On a vacation to Florida last year, my husband and I didn't worry about losing our tickets, credit cards, or luggage as we traveled through airports and stayed in hotels. But there was one thing that never left our sight: our 20-month-old daughter's stuffed lamb. Anything else could be replaced, but Lauren couldn't get through the day or night without her lovey.
About 60 percent of toddlers are devoted to comfort objects, according to child-development experts. And since blankets and stuffed animals can help children soothe themselves in stressful moments, lots of parents can't imagine life without them either. Here's the scoop on your child's lovey.
Hopelessly Devoted to Blankie
Although some children embrace a comfort object earlier in infancy, they usually develop more intense attachments after their first birthday. Why? Because this is a time of change for your toddler. Children are just becoming mobile, and they are also learning that they're independent from their parents. "Separation anxiety takes hold at this age, so something as simple as wandering into another room and realizing she's alone can be stressful for your child," says Mary Ann LoFrumento, M.D., author of Understanding Your Toddler. "Having a familiar object with them helps kids this age feel comforted and secure."
This feeling of safety is important because toddlers have a hard time with transitions, such as heading to day care or even going to bed. "The lovey becomes an extra resource to help your child deal with everyday events that are frustrating or upsetting," explains Maria Kalpidou, Ph.D., assistant professor of psychology at Assumption College, in Worcester, Massachusetts. "It's especially important when moms aren't around to hold and console toddlers. Instead, they use a comfort object to soothe themselves."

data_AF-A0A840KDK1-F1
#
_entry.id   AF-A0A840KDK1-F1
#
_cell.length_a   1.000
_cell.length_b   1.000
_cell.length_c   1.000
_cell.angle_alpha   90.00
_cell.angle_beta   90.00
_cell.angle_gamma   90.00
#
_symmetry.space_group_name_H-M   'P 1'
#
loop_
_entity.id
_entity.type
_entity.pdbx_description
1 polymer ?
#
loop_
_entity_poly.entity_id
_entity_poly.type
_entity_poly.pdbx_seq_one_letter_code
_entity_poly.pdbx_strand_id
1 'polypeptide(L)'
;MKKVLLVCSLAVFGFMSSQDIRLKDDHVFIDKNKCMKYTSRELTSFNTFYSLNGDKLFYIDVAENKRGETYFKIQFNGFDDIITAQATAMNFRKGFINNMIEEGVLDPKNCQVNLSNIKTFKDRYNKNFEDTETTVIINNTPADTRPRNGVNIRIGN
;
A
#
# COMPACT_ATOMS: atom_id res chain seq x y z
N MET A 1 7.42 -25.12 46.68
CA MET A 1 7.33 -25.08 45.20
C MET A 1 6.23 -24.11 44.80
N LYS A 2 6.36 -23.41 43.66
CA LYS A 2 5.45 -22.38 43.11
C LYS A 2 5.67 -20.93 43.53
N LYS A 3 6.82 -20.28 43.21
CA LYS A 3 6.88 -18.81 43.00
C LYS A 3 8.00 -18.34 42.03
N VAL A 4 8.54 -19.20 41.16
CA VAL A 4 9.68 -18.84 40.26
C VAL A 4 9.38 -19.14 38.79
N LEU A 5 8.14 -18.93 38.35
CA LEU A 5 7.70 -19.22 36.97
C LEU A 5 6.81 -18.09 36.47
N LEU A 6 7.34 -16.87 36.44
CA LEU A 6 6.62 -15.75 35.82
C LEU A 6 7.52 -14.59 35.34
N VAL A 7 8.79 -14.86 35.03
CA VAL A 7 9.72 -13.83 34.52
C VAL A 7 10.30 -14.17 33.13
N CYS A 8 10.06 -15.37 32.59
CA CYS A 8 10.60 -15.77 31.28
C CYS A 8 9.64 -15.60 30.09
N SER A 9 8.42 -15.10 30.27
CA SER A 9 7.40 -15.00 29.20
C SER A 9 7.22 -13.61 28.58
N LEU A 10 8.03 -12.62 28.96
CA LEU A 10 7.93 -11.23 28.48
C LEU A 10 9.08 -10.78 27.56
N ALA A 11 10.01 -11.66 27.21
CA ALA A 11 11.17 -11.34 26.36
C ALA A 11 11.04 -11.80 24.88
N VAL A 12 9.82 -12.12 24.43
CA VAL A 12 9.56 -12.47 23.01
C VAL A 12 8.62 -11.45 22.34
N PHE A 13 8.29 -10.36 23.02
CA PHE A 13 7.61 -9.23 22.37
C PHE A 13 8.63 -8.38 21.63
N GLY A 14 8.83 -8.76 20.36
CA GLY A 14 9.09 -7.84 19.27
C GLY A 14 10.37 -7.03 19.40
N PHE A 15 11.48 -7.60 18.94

Why do loveys have such magical powers? Quite simply, they help children control their emotions. "It feels good—and is calming—for a 1-year-old to stroke a blanket or hug a stuffed animal," says Jane Kostelc, a child-development specialist at the Parents as Teachers National Center, in St. Louis. That's why most children pick loveys that are soft or have a nice texture. In addition, many toddlers choose comfort objects that are connected to their mother in some way, such as the blankets they were held in as babies. Of course, other children become fond of items that make little sense to anyone but them. "Our toddler became attached to one of his socks," says Nicole Guillory, of Mount Vernon, Washington. "He carries it everywhere and won't go to sleep without it."
While comfort objects can be cute, living with them can also be a pain. Just trying to get out of the house without your child's lovey can cause a meltdown. "Remember, the world is a scary place to your toddler. That little blanket helps him be brave," says Kostelc. Still, that doesn't mean you can't set limits on its use: Doggy can ride along to the mall but must wait in the car, or Bunny can go to day care but needs to stay in a cubby until naptime. Of course, these rules are more for the benefit of the parents. "It's healthy toddler behavior to cart a lovey around all day," says Dr. LoFrumento. "But setting limits will reduce the chances of its getting lost or destroyed."
Another battle for many parents is prying a beloved item out of their child's hands long enough to wash it. That's because kids often like the grungy feel and not-so-fresh aroma their lovey has developed, and fear its magic will be gone after a trip through the washing machine. One option is to buy several of the same item as soon as your child shows a preference. That's what Dr. Kalpidou did after her daughter fell in love with a Santa hat the family used as a decoration. "I stocked up on hats after Christmas and washed them several times to make sure that they were worn enough to pass for the original," she says.
Your toddler's attachment to a comfort object will likely continue for the next year or two; it isn't until preschool that most kids no longer need them. "At around 3 or 4, your child will begin to regulate his own emotions and won't need to rely on a lovey for comfort," says Kostelc. In the meantime, enjoy this milestone for what it is: a small, adorable step in your child's road to independence.